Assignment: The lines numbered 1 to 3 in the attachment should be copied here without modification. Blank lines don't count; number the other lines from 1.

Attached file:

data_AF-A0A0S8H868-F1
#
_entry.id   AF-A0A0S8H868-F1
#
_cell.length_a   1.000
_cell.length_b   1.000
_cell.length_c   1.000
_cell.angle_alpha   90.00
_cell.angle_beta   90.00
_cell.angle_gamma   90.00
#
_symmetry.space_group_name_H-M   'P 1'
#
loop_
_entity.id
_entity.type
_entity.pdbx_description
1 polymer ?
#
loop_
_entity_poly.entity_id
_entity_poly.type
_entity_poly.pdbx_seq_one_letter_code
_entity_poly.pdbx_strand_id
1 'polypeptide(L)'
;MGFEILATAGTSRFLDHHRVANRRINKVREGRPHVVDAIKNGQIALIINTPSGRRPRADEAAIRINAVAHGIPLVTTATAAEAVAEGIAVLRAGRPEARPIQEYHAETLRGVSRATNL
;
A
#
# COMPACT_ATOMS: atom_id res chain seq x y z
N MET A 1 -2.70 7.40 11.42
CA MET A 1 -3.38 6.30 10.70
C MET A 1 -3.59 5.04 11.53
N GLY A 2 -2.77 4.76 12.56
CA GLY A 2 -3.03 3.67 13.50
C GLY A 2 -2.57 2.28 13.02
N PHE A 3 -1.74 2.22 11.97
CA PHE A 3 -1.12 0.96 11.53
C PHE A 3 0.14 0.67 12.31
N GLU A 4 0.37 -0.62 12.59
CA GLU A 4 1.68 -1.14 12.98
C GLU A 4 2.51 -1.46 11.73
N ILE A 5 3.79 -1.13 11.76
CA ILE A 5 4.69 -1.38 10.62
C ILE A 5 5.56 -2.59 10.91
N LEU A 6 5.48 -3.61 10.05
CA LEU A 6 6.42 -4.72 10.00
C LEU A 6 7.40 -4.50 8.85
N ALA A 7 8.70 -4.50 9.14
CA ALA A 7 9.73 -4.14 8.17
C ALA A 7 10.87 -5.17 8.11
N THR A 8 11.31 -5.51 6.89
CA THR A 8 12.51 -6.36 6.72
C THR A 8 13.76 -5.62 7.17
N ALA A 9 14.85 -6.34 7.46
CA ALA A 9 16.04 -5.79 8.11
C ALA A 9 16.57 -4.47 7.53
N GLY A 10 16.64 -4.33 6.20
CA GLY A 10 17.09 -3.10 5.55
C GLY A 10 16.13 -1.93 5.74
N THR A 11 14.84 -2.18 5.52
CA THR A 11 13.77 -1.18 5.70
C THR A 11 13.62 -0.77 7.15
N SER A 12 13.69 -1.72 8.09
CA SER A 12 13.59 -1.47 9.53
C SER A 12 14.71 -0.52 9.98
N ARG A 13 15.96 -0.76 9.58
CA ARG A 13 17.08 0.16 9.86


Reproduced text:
data_AF-A0A0S8H868-F1
#
_entry.id   AF-A0A0S8H868-F1